Testing candidates for cultural fit during the job interview is essential for making good hires who are likely to have a long tenure at your company.
Unlike hard and soft skills, cultural fit isn’t something that can be trained after someone is hired. Forcing hires who don’t fit with your company culture to “fit in,” no matter how skilled they are, will rarely work out in the long run. While a high-performing, non-fitting hire may conform to your company’s culture, they will not experience the same level of job satisfaction as a high performer who experienced cultural fit right away.
A strong company culture is composed of many viewpoints, backgrounds and demographics, but a strong company culture is also based on the specific principles that drive your workplace. You shouldn’t hire someone just because their attitudes fit with your company’s culture, but you also shouldn’t under-estimate the value of a culturally aligned hire.
Think of it this way: even if a candidate is perfectly qualified for a job, is enjoying the work and is satisfied with the salary they’re getting, they are still likely to quit within a year if they don’t experience fit with your company’s culture. Everyone wants to work for a company where they can feel a sense of community and where they can feel at home at work.
Primary qualifications for a job should not be ignored, but neither should the importance of cultural fit. The right skills and the right fit are required for a candidate to be a success, and for a candidate to enjoy your open job, so you need to evaluate candidates equally in both of these areas to make good, long-lasting hires.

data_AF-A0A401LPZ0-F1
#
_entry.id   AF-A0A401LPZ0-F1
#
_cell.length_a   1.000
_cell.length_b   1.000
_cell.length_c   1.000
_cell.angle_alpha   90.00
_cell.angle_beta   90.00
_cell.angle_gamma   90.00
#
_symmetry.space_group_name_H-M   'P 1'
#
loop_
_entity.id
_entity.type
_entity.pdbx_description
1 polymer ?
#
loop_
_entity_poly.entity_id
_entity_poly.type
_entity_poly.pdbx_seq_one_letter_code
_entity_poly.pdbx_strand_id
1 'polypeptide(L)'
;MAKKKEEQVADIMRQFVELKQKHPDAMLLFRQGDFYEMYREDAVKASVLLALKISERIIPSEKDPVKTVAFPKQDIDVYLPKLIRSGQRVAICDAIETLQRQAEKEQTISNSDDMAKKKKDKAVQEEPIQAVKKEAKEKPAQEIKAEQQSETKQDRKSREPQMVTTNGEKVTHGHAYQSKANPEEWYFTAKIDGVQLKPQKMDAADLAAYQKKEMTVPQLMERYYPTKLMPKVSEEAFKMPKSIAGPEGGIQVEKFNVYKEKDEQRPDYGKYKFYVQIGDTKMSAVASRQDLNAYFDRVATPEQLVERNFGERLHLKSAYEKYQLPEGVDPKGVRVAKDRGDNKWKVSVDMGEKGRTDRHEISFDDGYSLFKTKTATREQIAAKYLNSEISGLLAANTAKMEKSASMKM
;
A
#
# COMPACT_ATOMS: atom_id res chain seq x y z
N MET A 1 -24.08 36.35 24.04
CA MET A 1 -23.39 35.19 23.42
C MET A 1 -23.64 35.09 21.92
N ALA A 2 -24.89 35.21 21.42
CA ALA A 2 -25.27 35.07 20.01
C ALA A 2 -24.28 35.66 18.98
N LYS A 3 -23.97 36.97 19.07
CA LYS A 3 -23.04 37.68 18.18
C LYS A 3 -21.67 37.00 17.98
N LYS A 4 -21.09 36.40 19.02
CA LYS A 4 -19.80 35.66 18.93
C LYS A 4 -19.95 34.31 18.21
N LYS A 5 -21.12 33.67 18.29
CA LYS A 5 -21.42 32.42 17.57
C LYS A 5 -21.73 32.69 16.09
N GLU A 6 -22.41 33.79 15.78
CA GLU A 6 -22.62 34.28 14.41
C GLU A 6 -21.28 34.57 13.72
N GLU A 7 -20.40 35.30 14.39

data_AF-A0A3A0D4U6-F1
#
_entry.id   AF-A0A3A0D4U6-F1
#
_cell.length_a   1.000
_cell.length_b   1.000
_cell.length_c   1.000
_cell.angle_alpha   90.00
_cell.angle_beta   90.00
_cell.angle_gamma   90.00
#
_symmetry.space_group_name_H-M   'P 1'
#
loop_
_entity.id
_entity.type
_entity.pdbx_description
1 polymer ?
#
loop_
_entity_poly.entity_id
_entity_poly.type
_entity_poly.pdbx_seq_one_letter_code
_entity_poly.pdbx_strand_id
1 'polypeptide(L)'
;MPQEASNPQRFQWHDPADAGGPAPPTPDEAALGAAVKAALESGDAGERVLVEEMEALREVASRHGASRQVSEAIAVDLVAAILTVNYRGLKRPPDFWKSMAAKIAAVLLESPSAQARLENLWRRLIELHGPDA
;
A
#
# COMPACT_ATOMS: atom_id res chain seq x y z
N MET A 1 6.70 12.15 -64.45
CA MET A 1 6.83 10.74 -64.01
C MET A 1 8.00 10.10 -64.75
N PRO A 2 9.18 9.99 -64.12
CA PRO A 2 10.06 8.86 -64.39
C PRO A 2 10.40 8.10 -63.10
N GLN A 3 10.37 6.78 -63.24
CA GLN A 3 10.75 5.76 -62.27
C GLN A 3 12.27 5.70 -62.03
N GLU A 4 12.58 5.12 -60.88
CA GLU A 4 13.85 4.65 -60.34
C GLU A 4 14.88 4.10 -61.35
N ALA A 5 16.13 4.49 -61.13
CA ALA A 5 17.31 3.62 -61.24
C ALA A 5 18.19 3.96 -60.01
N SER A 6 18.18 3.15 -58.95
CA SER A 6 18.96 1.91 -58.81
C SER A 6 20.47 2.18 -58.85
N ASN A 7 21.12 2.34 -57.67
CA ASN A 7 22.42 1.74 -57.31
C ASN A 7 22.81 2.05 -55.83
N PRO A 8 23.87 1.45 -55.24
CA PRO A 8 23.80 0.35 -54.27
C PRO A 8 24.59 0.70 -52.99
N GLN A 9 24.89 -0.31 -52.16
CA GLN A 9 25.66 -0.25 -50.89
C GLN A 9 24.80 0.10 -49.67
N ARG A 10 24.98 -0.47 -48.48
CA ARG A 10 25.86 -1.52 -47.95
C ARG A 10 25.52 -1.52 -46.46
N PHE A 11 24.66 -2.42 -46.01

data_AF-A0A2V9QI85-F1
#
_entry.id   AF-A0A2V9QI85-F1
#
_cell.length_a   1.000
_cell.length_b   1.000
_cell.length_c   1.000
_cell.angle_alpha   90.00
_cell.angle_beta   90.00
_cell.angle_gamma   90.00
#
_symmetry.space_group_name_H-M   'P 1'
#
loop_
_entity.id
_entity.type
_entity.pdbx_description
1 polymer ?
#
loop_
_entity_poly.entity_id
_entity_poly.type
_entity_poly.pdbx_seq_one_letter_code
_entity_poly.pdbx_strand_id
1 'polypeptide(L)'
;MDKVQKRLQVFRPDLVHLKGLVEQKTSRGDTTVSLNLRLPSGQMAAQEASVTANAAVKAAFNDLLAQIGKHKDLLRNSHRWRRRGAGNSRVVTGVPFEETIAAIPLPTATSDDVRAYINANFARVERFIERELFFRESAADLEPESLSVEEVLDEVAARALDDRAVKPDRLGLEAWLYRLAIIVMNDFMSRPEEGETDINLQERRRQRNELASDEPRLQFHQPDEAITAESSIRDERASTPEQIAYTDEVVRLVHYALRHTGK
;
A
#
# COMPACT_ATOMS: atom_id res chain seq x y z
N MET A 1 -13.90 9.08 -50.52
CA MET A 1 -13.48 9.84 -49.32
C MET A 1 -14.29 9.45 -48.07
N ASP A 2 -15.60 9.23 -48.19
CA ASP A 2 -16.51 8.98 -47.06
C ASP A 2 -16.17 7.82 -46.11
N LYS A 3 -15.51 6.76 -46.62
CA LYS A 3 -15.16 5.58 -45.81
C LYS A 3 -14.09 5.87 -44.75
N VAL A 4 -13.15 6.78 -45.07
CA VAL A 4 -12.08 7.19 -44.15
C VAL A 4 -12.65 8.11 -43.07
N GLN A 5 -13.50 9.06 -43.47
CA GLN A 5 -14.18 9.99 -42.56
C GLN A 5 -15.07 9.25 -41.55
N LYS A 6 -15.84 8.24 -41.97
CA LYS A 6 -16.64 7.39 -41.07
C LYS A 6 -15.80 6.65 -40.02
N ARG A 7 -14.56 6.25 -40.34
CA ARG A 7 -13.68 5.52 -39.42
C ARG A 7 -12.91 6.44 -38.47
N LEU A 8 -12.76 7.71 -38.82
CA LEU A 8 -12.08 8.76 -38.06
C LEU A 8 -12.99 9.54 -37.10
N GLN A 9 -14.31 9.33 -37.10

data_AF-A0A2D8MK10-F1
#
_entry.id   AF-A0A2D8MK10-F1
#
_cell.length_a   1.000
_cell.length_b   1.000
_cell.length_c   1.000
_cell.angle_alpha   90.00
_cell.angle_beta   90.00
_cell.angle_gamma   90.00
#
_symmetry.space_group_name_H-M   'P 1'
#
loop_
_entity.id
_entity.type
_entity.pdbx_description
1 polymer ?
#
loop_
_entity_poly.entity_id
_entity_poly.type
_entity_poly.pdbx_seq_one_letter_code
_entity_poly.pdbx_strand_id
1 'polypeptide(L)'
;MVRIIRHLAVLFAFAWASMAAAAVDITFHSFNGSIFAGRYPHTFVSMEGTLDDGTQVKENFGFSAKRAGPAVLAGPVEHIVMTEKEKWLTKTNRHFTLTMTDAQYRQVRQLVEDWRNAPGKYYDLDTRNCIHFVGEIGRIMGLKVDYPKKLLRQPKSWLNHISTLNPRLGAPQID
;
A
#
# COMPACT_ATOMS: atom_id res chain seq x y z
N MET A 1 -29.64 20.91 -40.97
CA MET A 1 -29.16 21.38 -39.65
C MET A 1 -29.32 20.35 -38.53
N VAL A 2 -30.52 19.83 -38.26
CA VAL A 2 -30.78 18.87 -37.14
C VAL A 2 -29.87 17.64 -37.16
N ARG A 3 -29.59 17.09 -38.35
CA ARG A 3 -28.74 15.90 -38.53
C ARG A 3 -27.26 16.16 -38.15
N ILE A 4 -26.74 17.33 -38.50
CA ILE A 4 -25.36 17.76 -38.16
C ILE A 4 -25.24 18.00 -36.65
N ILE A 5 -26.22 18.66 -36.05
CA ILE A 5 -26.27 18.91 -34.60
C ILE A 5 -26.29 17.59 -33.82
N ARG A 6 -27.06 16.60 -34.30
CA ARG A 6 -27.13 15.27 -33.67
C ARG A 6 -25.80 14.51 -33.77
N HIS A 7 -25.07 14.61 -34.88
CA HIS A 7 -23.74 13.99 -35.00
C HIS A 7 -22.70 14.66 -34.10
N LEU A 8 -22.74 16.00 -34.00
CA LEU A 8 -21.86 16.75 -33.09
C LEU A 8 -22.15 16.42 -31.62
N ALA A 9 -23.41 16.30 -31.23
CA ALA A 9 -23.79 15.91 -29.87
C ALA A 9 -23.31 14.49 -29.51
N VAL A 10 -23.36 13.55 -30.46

Defining Your Company Culture
To effectively evaluate candidates for fit with your company’s culture, you need to work with other people in your company to define this culture. This definition should be honest and detailed because you and other interviewers will be using this information as guidelines for evaluating candidate fit.
Additionally, it’s important to define your culture because candidates will be evaluating your company’s culture as surely as you’re evaluating them for cultural fit. If their impression differs from the information they’ve been presented with online or in the interview, candidates may become skeptical and have a harder time accepting your job as a good opportunity for them.
But, if your portrayal of your company’s culture is accurate, then sharing information about your company’s culture during the interview can help candidates decide that your company is a good fit.
Just be sure that you get input from a variety of sources within your company and especially from the department and team that the hire will be joining.
Answering these questions will help you define your company culture:
What makes working at your company unique?
Who are some of the people who have a large, positive effect on the experience of working for your company?
What are the major perks (telecommuting, maternity/paternity leave, tuition re-imbursement, etc.) and benefits (Health/Dental/Life insurance, 401k, stock options, etc.) that you provide?
What are some of the little things (snacks, pet friendliness, nearby gym, etc.) that make your current employees love working for your company?
How is working for your company different than working for other companies in your industry?
Maybe there’s an “official” version of your company’s culture, but how does that stack up with the day-to-day experience of working for your company?